I’m a dMLIS grad (2006) who recently found this blog because I’ve recently started working again (part-time) after a few years’ hiatus to be a stay-at-home mom. Love the idea by the way. I hope you keep it up. I’m subscribing and have found the posts very interesting.

    The distance program had its ups and downs and I learned a lot about connecting with people remotely…the good and the bad. That experience really helped me later when I worked for a Los Angeles magazine while living in Washington, DC.

    Not every class was amazing, but there were no classes I didn’t like. (I didn’t especially connect with cataloging but that had nothing to do with the course, just my own interests.) Overall I found my experience as a distance student to be very rewarding in the sense that I shaped so much of my own practical experience in my own environment–at the time I was working full-time as an editor in Salt Lake City. Fortunately my boss was very flexible and let me complete a few different internships (DFW) for credit at nearby libraries.

    Not long after graduating I moved across the country (DC area). I graduated in June and had started looking for jobs in January. By the time I landed my librarian job in the DC area (collection development at a community college) I had spent about 9 months applying to a total of about 100 jobs–kept a color-coded spreadsheet record of all the rejections. That was a rough time.

    I think my online portfolio and directed fieldwork were by far the biggest factors in landing that first job. In particular, the collection development course assigned a mock collection project, which was part of my portfolio. Since then I have had 2 kids, taken a break from library work, and am back doing a little bit part-time this year.

    It’s my dream career and I wish sometimes I were better at juggling work and family, but that is neither here nor there. Overall I think the iSchool prepared me well for entering the field. I would have loved the opportunity to be a residential student and establish better relationships with my co-students and professors. Fortunately I have kept in touch with a couple of fellow students, though–very unfortunately–no professors. Since the overwhelming majority of my communication was e-mail, I just never established a real bond with any of them, not even the one who evaluated my portfolio.

  • Eliza says:

    By the way, when I was there, the distance program had a “residency” (or whatever they called it…something like residency) at the beginning of each quarter. I assume they still do it. For a few days everyone came to Seattle, mingled with classmates, met as classes, got together for group projects, etc. That was an absolute necessity. If I had been doing group projects with people I had never met in person, it would have been so much less satisfying and less workable, I think. I really enjoyed getting to know those people and seeing them every couple of months over the 2 years I spent at UW. It was also nice to have the traditional classroom lecture/discussion experience at the beginning of the quarter even if only for a few days. I felt like I got a much better sense of the professor’s personality and approach by being there in person.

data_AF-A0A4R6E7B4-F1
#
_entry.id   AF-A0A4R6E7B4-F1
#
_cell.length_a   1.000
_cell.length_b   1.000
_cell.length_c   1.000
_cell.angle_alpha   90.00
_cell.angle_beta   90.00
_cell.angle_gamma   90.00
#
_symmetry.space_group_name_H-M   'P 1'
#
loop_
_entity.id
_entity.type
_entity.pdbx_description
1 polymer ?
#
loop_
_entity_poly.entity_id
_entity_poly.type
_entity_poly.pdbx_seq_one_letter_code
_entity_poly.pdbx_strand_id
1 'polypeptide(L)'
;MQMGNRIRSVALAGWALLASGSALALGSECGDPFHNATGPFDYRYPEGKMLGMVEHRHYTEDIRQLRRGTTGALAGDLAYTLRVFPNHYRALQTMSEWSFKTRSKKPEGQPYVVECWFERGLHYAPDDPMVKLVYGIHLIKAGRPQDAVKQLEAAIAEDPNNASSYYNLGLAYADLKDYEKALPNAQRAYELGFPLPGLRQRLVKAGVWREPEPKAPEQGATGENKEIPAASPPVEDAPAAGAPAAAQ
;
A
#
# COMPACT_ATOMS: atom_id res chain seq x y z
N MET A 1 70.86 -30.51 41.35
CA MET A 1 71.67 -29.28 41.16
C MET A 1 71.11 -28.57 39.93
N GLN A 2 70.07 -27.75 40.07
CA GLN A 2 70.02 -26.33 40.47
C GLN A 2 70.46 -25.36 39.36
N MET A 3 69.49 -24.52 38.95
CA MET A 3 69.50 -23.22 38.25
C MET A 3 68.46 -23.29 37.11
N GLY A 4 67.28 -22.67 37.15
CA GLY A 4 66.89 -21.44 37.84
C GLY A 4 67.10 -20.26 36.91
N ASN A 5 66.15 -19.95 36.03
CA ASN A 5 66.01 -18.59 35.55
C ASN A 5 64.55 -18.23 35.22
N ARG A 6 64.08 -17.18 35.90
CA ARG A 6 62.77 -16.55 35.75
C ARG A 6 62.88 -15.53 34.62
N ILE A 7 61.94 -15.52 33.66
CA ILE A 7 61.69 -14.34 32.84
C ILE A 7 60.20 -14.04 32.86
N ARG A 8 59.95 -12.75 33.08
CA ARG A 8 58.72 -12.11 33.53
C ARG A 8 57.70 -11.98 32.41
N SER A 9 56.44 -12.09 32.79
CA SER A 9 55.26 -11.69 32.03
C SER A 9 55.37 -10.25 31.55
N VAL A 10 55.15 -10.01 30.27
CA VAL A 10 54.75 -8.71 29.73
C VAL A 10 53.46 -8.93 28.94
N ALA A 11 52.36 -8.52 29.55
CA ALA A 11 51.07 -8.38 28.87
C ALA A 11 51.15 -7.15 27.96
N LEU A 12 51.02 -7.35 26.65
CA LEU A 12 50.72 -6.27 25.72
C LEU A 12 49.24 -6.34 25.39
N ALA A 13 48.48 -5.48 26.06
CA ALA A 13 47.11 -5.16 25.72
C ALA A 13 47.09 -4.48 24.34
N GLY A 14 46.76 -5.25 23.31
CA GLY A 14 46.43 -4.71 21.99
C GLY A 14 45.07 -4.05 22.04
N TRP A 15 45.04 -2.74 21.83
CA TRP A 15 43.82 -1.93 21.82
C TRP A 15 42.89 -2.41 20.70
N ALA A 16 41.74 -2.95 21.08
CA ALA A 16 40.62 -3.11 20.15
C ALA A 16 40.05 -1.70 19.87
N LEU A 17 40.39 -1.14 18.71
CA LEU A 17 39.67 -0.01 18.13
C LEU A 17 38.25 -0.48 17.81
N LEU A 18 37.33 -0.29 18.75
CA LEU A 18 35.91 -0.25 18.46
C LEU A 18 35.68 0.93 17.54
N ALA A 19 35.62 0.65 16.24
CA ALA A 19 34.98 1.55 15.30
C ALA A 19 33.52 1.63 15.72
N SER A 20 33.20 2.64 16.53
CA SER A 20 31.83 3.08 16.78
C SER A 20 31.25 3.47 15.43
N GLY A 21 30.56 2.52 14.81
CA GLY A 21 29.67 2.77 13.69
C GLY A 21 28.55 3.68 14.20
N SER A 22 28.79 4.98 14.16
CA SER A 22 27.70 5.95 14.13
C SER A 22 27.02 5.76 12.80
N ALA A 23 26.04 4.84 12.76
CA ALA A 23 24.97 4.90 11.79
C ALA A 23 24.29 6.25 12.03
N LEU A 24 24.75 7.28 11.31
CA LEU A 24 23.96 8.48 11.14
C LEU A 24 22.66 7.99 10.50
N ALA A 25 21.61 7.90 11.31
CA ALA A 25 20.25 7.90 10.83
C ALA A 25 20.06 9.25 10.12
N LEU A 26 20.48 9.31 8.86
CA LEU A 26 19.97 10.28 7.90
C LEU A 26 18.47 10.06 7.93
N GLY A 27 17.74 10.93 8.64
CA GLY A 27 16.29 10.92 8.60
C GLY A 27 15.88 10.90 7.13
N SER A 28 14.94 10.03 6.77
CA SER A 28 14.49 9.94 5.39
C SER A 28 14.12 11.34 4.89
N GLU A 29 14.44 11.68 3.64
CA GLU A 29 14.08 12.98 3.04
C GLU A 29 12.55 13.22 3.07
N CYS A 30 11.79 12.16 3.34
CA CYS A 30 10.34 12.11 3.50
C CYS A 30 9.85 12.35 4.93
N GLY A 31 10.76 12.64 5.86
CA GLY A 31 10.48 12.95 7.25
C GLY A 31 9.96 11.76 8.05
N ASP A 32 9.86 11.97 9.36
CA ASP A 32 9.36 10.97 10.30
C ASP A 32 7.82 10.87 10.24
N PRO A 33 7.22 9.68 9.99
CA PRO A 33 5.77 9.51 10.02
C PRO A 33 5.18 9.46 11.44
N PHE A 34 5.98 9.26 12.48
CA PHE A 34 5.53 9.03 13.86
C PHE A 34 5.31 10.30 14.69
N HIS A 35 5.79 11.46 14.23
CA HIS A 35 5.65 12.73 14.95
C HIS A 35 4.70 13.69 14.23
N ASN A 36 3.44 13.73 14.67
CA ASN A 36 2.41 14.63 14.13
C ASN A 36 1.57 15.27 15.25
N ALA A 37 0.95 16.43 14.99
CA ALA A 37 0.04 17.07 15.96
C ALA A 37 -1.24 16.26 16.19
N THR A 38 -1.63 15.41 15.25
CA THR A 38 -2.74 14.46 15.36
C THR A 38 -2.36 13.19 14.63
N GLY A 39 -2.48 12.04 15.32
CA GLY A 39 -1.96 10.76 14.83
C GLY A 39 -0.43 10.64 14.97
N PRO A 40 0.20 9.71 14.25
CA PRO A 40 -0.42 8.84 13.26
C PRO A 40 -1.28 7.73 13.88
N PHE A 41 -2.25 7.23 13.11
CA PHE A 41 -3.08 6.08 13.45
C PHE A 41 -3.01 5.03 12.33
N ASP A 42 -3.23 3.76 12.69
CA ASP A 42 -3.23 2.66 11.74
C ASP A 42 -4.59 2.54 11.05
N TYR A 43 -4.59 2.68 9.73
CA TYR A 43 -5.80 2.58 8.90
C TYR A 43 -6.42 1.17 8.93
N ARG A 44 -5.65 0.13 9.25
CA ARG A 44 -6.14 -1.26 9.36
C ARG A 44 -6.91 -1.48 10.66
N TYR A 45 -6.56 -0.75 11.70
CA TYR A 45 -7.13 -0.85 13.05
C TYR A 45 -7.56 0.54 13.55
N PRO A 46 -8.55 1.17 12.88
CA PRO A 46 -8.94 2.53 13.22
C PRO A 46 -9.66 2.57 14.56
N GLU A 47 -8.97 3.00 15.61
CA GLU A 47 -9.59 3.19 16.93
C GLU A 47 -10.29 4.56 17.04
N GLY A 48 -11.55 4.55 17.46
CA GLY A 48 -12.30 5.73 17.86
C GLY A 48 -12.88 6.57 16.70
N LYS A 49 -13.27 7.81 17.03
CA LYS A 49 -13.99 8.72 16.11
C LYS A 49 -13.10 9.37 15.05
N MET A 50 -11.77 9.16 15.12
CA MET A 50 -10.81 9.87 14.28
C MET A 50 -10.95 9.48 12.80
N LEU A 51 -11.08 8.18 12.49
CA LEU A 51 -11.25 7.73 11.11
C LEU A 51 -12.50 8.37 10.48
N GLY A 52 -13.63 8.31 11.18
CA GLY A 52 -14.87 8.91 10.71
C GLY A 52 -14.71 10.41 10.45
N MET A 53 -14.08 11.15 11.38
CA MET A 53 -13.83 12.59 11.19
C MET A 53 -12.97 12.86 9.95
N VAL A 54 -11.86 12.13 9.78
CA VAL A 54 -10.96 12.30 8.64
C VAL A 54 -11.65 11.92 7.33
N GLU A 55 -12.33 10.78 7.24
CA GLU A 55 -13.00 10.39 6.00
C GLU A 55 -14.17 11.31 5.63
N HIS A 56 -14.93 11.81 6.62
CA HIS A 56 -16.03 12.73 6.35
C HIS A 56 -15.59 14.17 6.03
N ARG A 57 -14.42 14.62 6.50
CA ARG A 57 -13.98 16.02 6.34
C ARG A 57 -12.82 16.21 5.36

And on that note, one negative I can think of of the dMLIS format is that the online lectures could really be ridiculous. There were a few professors who were GREAT at them, utilizing slides while adding additional information. Then there were the ones who put up PowerPoint slides and read directly from them. Those were the lectures that didn’t get watched, because why spend an hour doing that when you can just download the lecture slides and read them yourself? I suppose that bad lecturing protocol is the same with residential programs–I certainly had a few profs like that in college–but the “read the slides out loud” method is especially dreary when you’re sitting alone in front of a computer with the audio piped in through tiny speakers. Much better to print out the slides and read them outside in the sunshine.

  • Murray says:

    My big complaint about the UW program is the size. To all the UW people reading this please don’t get me wrong – I am glad to have met all the people I have met in the program and wouldn’t give you up. But… I pictured graduate school as small classes and more personal attention from professors. The fact that we had classes with the entire cohort blew me away. A 74 person class in graduate school? That seems crazy to me. Even the 30-35 person classes we had seemed to big. Most of my undergrad classes at University of Oregon were smaller than that. 30 was a big class for me. Maybe that was because of the program I was in, but still, it was much better. That being said, we managed to have some great discussions despite the large size of the classes. These were the best part of the program for me.